study to analyze the impact of a transformational leadership training program for youth coaches on athletes’ perceptions of transformational leadership and found higher rates of perceived transformational leadership behavior after the intervention. Hence, a coach-centered paradigm has dominated research
Fernando Santos, Daniel Gould and Leisha Strachan
Cliffy Gayle and Darlene Kluka
Edel Langan, John Toner, Catherine Blake and Chris Lonsdale
We conducted a cluster randomized controlled trial (RCT) to test the effects of a self-determination theory-based intervention on athlete motivation and burnout. In addition, we examined the feasibility and acceptability of the intervention. We randomly assigned youth Gaelic football coaches (N = 6) and their teams to an experimental or a delayed treatment control group (n = 3 each group). We employed linear mixed modeling to analyze changes in player motivation and burnout as a result of their coach participating in a 12-week SDT-based intervention. In addition, we conducted a fidelity assessment to examine whether the intervention was implemented as planned. The findings demonstrated the feasibility and acceptability of implementing a self-determination theory-based intervention in the coaching domain. In addition, this study demonstrated favorable trends in the quality of player motivation and burnout symptoms as a result of an SDT-based intervention.
Zenzi Huysmans, Damien Clement, Robert Hilliard and Adam Hansell
Within the youth sport context, coaches take on many different roles and responsibilities. Youth coaches are, first and foremost, responsible for performance outcomes and teaching sport-specific physical, tactical, and technical skills ( International Council for Coaching Excellence, Association of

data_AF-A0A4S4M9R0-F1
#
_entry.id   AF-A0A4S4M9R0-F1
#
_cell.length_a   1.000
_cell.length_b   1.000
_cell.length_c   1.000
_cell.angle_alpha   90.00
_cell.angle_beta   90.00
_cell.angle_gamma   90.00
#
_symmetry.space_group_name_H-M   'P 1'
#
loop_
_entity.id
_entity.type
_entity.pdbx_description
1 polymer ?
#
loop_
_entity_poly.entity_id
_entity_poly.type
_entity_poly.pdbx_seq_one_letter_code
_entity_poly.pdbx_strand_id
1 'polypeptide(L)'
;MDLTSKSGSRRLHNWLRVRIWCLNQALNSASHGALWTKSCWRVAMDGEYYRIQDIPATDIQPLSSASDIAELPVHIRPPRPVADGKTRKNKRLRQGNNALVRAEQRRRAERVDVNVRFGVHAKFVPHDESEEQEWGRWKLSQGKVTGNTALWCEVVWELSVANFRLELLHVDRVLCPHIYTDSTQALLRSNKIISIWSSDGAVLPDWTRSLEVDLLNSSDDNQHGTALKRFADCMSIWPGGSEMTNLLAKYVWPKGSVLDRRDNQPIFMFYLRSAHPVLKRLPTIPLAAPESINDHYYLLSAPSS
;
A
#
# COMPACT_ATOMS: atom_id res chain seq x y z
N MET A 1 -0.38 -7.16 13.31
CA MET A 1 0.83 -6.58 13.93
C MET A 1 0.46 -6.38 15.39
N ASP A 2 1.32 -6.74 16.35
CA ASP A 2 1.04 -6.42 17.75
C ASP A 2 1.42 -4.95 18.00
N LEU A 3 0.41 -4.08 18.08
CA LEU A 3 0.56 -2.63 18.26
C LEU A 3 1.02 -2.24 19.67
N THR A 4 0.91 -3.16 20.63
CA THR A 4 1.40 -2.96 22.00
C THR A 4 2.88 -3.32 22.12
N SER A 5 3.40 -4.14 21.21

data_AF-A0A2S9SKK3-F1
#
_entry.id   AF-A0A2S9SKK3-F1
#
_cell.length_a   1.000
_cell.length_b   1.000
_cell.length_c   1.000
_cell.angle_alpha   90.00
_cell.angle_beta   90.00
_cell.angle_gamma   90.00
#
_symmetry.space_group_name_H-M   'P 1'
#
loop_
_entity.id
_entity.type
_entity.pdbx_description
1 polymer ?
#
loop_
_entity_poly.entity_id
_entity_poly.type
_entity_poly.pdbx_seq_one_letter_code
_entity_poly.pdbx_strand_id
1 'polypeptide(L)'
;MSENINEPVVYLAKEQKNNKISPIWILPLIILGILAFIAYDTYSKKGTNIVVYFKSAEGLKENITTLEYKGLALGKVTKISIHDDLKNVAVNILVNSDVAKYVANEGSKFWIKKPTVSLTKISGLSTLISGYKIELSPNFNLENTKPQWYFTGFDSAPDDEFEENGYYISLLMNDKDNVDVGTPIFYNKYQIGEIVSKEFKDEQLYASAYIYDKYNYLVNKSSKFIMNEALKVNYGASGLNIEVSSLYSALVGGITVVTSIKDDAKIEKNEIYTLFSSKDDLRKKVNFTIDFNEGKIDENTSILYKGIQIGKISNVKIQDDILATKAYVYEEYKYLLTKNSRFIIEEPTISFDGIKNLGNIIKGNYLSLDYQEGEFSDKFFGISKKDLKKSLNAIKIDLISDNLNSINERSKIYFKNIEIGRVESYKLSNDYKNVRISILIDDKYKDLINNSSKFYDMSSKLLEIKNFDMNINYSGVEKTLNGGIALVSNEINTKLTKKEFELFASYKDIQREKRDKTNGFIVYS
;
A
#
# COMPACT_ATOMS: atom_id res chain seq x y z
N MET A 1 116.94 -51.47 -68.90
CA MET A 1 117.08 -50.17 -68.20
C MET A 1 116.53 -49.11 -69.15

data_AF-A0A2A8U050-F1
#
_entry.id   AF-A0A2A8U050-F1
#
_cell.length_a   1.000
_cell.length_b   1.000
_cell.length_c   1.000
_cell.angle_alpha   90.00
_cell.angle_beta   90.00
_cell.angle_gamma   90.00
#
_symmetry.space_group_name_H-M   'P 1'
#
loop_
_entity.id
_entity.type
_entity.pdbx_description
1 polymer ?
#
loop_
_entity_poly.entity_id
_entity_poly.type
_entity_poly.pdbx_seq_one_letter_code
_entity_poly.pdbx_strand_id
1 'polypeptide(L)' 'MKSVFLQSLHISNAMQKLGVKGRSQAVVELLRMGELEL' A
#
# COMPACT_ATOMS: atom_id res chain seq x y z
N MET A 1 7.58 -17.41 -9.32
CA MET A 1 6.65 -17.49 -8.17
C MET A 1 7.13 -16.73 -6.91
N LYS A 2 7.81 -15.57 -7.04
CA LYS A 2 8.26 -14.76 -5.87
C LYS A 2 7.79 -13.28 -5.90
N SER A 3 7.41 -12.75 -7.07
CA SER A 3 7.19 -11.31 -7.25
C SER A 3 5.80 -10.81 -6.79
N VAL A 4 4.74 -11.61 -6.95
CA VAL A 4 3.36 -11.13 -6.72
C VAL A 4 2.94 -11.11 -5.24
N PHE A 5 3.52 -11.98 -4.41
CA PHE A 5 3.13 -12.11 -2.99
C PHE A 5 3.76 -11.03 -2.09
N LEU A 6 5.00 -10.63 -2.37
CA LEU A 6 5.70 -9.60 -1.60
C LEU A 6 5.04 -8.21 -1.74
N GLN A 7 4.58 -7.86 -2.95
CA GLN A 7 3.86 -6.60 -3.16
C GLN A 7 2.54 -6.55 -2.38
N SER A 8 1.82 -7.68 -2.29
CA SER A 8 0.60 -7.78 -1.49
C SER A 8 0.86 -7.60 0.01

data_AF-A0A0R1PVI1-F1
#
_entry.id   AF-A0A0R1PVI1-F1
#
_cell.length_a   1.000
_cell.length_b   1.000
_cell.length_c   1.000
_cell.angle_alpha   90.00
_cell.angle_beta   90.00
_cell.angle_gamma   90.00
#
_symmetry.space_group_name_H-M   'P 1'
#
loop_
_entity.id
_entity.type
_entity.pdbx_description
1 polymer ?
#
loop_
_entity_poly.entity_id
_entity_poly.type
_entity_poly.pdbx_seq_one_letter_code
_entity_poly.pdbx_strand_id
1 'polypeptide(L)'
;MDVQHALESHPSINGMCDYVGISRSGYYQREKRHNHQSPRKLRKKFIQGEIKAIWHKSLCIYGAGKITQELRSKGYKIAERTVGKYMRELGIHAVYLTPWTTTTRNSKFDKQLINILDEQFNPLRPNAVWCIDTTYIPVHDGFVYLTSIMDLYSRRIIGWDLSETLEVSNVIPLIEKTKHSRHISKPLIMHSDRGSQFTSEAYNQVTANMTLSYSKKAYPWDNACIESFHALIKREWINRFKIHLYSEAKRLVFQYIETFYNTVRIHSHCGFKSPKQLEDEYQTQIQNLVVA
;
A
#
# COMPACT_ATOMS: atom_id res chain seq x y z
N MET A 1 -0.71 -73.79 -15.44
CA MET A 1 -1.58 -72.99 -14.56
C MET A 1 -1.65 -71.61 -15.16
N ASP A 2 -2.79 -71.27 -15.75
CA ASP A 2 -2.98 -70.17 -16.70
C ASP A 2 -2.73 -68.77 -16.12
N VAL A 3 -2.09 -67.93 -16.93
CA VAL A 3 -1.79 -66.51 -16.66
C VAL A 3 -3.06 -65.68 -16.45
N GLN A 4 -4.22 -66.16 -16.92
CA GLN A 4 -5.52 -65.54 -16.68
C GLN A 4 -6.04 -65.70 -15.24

Cassidy Preston and Jessica Fraser-Thomas
delayed or withheld feedback; this has been found to be particularly common for someone like myself in a position of authority ( Larson, 1989 ). However, the positive outcomes I experienced after successfully providing change-oriented feedback highlight the importance of elite youth coaches’ being honest
Fernando Santos, Nuno Corte-Real, Leonor Regueiras, Leisha Strachan, Cláudia Dias and António Fonseca
Over the last decades positive development (PD) has served as a framework for several investigations within the sport science community. In fact, multiple researchers have analyzed youth coaches’ role in PD. However, there is recent interest in exploring high performance coaching due to the complexity of the coaching practice, the different developmental needs presented by players, and the relevance of PD within this particular environment. The purpose of this study was to understand the perspectives of Portuguese football coaches about the importance of PD in high performance coaching. The participants in the study were ten male Portuguese football coaches who trained athletes between the ages of 16 and 39 years of age. Findings showed that coaches viewed winning and on field performance as top priorities in their coaching philosophy, but recognized the importance of PD. Coaches also envisioned the determinant role youth coaches have in this domain. Coaches conceptualized PD as an overarching framework that could be used across the developmental spectrum to convey a range of PD outcomes in high performance contexts such as teamwork, respect for others and transfer to other life domains. Moving forward, coach education courses should help coaches develop strategies to foster PD.